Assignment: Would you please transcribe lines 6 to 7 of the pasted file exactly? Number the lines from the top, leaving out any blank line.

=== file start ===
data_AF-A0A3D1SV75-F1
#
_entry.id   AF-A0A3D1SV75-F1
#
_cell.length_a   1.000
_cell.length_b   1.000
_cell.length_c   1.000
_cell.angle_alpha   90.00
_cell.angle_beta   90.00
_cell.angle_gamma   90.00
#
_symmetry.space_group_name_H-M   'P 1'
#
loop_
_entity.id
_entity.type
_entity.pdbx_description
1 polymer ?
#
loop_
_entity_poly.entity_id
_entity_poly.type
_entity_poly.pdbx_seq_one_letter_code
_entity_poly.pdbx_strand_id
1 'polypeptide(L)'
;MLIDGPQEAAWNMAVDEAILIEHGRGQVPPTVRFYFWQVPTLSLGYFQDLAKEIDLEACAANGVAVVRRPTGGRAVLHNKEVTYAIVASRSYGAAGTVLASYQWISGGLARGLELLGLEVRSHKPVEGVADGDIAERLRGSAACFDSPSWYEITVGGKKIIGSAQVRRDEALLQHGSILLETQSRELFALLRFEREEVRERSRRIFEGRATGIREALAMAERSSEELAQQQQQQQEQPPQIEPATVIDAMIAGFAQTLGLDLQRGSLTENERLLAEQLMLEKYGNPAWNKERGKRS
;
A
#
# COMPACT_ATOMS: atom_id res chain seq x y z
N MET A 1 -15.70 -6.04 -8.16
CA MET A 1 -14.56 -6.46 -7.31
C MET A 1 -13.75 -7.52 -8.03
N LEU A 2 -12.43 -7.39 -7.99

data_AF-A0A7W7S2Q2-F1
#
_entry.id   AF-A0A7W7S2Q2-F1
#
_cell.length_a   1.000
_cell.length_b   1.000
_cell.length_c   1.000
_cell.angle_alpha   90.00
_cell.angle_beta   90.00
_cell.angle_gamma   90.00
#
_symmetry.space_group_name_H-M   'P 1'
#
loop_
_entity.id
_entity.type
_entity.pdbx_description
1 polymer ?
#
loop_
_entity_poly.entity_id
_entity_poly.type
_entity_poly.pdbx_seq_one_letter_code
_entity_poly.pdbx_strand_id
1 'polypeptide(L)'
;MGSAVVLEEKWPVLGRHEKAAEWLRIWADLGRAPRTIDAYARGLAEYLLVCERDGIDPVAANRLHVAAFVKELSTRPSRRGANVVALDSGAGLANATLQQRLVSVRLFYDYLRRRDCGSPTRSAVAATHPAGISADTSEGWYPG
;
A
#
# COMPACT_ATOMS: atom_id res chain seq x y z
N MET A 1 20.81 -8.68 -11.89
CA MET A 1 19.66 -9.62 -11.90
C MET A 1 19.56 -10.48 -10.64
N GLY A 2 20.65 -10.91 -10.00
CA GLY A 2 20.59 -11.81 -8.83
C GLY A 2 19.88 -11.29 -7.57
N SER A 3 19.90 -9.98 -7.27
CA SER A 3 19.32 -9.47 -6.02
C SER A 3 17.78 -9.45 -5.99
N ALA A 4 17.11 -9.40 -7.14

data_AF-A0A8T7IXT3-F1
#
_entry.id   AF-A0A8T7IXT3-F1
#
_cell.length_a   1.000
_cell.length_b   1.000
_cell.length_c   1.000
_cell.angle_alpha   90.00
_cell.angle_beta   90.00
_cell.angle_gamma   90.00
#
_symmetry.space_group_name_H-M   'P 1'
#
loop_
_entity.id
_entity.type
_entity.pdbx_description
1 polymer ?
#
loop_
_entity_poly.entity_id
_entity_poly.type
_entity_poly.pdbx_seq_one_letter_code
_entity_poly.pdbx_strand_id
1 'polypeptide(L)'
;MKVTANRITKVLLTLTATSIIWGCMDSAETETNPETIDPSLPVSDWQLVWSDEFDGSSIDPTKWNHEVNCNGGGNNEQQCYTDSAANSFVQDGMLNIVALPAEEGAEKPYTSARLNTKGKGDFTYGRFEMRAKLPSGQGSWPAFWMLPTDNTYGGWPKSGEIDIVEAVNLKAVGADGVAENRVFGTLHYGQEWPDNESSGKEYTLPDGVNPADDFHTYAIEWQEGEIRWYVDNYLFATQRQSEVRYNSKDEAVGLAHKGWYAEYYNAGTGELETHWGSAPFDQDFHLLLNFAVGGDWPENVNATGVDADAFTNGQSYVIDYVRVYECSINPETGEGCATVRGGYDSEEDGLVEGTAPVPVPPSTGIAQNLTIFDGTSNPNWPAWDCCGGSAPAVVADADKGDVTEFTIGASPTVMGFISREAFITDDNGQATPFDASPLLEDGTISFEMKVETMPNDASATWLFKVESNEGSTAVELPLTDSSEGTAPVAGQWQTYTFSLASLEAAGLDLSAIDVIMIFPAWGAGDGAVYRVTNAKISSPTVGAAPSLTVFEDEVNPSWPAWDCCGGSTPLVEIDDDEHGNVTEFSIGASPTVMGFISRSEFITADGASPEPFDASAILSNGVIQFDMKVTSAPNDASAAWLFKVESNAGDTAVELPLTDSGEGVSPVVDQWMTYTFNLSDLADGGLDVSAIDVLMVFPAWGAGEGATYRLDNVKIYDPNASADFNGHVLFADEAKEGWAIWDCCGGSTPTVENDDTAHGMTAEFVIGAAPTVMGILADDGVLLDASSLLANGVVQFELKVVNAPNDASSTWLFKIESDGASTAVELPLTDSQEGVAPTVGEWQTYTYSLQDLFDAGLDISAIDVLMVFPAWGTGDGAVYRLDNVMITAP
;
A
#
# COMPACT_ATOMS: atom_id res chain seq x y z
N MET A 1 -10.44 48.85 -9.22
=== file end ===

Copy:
_cell.length_b   1.000
_cell.length_c   1.000